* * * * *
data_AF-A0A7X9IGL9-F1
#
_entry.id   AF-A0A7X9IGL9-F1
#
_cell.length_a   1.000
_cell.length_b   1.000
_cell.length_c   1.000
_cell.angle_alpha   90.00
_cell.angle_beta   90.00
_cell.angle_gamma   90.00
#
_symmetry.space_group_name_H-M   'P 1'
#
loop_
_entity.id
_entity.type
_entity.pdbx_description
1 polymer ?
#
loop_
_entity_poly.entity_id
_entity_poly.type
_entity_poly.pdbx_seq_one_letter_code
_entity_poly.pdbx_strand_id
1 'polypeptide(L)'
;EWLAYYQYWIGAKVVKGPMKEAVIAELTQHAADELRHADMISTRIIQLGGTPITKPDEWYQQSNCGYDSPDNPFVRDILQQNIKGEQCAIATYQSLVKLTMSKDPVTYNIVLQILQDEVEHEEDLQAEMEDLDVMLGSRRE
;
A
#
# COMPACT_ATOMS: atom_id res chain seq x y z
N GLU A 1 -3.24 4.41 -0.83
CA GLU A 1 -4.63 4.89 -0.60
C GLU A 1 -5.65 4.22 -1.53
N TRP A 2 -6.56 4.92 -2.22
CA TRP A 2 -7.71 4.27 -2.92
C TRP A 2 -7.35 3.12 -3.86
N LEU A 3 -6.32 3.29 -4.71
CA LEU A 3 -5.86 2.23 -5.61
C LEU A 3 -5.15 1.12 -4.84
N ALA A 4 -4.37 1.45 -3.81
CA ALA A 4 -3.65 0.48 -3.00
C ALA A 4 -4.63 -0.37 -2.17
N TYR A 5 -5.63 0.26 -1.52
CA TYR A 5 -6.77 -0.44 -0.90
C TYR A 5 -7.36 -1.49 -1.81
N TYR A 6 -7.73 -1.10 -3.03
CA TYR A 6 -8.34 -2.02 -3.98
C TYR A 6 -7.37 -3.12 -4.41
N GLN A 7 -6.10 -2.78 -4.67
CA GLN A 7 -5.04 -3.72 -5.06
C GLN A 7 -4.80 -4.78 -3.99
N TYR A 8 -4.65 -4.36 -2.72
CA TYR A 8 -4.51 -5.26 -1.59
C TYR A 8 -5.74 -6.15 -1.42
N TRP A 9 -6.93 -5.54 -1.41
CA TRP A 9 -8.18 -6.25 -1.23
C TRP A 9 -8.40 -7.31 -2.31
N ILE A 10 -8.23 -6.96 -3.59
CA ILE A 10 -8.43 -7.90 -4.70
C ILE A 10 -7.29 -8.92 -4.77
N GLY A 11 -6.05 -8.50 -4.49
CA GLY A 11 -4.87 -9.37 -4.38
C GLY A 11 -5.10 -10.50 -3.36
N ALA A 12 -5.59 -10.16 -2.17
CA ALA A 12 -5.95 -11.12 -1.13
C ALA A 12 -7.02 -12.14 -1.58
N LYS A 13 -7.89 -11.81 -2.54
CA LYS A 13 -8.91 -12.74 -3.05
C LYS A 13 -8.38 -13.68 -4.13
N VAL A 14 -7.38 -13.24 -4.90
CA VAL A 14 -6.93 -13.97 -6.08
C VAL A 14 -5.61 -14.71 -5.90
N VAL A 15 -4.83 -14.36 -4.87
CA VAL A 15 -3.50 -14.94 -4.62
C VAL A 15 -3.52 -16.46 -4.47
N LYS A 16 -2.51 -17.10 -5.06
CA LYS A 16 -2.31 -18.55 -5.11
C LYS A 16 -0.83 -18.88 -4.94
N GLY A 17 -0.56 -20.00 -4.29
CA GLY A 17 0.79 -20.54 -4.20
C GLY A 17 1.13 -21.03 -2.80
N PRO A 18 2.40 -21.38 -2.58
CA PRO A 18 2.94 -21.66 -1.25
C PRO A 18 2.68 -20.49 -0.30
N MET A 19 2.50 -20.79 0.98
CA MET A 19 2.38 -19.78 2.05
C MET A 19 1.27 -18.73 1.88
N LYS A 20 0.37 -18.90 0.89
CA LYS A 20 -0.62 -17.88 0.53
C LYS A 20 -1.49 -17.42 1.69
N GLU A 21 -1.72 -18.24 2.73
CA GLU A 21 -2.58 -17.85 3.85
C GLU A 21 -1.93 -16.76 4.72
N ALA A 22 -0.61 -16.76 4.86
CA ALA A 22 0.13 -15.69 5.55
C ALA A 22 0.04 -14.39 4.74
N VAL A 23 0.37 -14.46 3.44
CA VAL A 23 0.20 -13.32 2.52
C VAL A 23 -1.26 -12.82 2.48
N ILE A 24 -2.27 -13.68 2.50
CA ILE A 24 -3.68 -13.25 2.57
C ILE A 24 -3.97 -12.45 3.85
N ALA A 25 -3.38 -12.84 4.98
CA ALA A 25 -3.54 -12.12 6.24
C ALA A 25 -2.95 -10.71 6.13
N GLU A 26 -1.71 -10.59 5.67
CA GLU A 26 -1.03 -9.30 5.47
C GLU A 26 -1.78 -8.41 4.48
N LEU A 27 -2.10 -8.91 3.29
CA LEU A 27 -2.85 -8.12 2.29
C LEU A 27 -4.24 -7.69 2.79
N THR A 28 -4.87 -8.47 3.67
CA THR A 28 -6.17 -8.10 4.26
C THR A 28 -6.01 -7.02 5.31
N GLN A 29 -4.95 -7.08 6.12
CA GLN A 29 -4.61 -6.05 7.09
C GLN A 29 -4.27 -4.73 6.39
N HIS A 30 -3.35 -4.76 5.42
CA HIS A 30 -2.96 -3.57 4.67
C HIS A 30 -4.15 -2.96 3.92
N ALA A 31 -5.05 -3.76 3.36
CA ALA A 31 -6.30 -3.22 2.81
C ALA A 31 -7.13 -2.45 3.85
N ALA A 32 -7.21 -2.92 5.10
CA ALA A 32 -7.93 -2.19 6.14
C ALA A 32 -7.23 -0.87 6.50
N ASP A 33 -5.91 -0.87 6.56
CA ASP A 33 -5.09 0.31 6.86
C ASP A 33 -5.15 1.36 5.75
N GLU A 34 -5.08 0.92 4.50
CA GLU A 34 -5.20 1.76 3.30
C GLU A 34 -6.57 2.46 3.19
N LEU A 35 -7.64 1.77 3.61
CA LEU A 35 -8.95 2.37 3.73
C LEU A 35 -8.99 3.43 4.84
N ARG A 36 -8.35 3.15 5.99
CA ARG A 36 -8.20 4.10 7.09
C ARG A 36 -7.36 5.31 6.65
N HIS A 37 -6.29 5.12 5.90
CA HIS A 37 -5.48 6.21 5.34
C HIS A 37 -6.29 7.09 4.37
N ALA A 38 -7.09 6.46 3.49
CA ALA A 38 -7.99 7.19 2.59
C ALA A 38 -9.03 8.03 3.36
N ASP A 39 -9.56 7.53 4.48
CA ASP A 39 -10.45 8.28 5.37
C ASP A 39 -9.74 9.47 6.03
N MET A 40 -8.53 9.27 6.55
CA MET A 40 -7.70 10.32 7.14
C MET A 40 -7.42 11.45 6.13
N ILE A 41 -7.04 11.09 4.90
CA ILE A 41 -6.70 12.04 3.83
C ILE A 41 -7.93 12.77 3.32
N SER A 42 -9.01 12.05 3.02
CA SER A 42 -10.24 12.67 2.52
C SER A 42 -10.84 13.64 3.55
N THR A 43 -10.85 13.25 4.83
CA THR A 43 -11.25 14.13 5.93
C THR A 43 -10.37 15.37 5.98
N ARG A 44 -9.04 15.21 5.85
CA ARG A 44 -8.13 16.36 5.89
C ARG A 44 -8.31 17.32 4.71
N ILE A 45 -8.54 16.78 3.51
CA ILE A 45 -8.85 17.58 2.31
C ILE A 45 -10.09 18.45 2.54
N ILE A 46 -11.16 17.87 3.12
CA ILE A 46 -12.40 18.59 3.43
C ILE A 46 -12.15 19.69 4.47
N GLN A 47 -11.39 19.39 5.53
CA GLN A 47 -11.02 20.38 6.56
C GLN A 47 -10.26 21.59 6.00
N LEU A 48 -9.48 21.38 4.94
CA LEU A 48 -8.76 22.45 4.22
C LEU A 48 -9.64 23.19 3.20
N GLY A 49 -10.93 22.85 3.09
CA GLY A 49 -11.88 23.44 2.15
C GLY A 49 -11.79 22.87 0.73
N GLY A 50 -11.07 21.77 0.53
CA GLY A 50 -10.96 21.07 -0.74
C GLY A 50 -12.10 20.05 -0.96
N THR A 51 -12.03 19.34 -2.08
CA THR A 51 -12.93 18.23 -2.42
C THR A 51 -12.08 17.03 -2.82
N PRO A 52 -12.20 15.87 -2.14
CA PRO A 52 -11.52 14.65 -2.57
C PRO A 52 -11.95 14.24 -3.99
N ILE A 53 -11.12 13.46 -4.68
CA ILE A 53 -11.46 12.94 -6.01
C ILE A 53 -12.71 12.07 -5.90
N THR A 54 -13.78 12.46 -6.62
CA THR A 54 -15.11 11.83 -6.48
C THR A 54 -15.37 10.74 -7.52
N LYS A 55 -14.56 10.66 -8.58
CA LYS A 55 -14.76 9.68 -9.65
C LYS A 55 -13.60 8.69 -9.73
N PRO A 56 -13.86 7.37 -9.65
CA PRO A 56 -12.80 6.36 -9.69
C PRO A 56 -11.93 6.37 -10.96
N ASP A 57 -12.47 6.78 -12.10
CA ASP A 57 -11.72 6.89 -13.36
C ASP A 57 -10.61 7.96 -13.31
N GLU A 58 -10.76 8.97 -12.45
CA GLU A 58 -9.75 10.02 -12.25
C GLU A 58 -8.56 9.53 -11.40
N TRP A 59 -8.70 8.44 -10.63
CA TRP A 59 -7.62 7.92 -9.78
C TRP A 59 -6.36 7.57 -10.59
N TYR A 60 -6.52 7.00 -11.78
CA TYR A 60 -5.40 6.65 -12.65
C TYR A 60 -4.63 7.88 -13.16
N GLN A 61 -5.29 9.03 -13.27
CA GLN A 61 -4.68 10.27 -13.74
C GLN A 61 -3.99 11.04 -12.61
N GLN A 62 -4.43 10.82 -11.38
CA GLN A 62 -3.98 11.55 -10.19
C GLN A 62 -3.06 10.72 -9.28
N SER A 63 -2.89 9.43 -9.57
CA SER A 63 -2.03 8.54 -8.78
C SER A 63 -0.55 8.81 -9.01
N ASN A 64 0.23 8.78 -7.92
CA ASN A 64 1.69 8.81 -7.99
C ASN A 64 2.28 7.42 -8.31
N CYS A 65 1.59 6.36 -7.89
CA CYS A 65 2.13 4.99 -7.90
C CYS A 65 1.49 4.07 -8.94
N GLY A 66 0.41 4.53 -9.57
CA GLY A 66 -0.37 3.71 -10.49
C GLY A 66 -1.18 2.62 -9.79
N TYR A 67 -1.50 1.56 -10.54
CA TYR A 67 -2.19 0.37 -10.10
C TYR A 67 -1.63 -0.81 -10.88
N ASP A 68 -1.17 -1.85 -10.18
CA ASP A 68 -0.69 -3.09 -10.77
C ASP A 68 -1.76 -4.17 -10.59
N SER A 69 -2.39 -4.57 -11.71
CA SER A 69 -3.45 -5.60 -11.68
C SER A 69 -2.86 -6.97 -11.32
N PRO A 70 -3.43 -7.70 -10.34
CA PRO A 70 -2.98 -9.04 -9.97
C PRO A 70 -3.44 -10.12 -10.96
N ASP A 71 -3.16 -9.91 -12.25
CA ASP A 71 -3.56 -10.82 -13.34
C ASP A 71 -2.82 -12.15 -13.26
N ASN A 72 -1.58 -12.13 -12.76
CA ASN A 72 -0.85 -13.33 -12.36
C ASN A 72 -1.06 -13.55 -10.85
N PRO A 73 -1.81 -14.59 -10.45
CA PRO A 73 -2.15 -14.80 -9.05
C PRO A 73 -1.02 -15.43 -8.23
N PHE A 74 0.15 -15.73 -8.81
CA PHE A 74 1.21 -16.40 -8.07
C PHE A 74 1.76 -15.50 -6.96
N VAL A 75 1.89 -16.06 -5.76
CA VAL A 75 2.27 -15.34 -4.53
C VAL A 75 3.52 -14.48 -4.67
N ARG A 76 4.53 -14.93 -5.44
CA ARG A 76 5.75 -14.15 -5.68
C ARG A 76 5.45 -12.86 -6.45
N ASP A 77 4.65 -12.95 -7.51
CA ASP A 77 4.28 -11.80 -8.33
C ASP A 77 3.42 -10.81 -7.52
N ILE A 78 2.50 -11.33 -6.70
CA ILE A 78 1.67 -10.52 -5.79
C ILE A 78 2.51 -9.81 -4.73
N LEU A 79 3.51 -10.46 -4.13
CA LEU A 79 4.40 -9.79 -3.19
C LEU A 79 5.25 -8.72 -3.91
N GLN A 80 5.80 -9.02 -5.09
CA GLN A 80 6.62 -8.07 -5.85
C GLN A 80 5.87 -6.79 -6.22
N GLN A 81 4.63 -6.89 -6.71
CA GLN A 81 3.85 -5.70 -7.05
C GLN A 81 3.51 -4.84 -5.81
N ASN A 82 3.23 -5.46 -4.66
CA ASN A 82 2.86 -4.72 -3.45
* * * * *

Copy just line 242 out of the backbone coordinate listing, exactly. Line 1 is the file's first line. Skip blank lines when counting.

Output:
CA ASP A 71 -3.56 -10.82 -13.34